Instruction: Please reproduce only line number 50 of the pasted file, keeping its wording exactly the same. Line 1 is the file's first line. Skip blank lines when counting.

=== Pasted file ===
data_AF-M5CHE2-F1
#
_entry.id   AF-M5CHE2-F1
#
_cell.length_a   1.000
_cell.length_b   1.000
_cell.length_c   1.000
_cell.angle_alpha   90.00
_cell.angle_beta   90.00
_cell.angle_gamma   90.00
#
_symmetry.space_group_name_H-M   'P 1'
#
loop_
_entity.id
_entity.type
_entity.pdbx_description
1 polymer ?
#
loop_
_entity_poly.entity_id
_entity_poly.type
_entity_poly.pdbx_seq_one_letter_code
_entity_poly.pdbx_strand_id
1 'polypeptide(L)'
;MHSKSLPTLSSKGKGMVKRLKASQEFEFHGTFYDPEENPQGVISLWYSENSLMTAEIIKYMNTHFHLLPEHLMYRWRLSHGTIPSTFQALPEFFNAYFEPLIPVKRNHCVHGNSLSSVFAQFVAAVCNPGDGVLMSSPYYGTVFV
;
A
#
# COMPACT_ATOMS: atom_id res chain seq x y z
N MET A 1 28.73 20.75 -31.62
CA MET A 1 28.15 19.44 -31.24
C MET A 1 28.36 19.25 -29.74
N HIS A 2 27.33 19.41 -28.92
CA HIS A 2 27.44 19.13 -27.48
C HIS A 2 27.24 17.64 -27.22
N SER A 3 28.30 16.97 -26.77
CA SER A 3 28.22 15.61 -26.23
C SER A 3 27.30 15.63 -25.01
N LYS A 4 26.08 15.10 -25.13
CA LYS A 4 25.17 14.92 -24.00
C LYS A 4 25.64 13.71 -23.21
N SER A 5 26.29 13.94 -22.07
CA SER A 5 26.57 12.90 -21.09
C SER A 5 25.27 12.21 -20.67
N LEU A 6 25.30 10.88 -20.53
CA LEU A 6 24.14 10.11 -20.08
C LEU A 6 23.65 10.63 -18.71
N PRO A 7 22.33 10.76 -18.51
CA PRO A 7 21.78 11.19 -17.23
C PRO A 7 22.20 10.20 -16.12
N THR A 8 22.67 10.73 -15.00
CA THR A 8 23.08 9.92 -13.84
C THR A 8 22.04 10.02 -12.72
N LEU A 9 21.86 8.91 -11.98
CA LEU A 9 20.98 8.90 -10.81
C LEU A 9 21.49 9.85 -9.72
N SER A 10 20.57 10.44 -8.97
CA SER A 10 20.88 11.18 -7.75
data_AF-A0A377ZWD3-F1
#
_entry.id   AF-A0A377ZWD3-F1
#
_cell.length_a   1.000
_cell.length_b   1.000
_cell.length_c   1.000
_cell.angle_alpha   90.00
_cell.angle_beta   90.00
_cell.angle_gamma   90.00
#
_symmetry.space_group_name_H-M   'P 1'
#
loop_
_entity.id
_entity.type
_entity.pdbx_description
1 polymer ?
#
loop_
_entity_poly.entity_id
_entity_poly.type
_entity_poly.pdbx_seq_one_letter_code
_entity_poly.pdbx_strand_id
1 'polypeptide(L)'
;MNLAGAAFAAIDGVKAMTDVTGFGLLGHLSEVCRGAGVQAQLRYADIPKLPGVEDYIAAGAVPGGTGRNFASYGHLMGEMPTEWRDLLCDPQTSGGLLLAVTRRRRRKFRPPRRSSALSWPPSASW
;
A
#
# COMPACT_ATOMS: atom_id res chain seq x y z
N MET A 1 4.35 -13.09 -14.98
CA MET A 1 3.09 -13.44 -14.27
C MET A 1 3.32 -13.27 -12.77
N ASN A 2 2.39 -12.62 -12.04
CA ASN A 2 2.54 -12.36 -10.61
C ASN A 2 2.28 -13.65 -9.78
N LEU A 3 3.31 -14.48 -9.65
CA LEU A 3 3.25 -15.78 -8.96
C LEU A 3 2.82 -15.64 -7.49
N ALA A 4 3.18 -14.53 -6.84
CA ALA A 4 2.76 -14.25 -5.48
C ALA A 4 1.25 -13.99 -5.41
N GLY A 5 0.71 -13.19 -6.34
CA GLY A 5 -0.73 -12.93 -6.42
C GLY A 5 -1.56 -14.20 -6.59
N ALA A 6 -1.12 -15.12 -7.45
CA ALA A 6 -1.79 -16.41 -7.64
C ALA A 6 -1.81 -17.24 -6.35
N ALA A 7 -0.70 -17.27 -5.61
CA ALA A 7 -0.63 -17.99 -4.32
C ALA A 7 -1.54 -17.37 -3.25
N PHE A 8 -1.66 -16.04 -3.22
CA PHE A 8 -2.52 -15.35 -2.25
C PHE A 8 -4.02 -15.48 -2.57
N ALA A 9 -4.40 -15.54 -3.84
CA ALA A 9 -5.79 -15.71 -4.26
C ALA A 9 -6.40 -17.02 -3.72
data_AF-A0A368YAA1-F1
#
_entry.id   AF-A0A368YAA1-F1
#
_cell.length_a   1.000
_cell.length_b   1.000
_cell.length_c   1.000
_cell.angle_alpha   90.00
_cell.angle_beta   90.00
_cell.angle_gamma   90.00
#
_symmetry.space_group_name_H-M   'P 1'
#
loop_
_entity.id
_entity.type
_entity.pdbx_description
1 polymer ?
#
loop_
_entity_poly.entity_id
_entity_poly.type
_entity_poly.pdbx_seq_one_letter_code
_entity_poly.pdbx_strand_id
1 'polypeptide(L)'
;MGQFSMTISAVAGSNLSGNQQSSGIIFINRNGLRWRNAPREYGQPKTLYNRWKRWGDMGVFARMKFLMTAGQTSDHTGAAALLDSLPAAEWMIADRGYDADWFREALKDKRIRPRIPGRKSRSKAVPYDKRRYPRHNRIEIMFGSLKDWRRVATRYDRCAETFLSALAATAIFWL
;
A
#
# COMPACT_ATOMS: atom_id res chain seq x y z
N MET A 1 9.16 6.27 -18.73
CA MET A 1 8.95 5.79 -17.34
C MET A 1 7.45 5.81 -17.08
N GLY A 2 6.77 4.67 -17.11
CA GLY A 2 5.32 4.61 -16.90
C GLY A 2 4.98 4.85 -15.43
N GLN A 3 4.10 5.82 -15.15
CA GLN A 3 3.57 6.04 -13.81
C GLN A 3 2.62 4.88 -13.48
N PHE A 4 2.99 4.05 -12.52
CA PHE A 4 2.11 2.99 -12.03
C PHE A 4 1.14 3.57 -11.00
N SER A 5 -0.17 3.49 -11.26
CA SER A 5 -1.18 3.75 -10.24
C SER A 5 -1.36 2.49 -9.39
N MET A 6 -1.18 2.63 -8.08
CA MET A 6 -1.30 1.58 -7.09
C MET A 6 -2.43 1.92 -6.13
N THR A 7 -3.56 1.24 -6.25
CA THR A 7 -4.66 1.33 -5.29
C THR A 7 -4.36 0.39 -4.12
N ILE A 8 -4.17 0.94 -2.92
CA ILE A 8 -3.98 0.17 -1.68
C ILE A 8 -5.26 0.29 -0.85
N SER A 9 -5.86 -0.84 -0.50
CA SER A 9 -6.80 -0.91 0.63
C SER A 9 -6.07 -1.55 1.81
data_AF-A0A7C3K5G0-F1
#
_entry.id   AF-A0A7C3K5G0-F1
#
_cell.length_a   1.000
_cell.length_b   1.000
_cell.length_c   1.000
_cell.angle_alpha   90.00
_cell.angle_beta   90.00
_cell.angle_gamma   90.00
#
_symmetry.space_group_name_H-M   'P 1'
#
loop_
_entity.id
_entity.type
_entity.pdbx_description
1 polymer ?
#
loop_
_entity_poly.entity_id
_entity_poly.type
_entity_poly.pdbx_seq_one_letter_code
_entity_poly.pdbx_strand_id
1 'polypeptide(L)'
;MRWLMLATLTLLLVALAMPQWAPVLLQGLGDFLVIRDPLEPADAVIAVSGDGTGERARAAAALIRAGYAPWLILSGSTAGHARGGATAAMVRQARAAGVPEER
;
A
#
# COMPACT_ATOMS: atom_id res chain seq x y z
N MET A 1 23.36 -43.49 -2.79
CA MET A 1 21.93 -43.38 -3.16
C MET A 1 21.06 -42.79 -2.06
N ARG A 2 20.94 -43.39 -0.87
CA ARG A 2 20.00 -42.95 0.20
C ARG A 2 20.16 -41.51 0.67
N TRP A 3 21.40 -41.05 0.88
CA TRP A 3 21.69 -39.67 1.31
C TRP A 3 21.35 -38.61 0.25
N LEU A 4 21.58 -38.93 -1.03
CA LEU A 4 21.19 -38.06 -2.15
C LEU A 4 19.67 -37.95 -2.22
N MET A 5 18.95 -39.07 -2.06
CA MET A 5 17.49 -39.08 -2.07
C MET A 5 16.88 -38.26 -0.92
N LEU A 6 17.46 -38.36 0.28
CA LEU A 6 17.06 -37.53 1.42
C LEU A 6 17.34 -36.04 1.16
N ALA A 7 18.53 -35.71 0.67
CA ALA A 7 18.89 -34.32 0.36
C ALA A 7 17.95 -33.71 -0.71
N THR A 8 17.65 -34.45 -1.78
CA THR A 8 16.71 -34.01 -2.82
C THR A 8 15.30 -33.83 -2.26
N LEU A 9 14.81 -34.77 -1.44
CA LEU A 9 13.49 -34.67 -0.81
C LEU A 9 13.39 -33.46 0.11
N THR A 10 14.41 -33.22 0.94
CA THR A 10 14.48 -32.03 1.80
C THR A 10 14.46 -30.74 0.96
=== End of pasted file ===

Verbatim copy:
CA PRO A 7 21.78 11.19 -17.23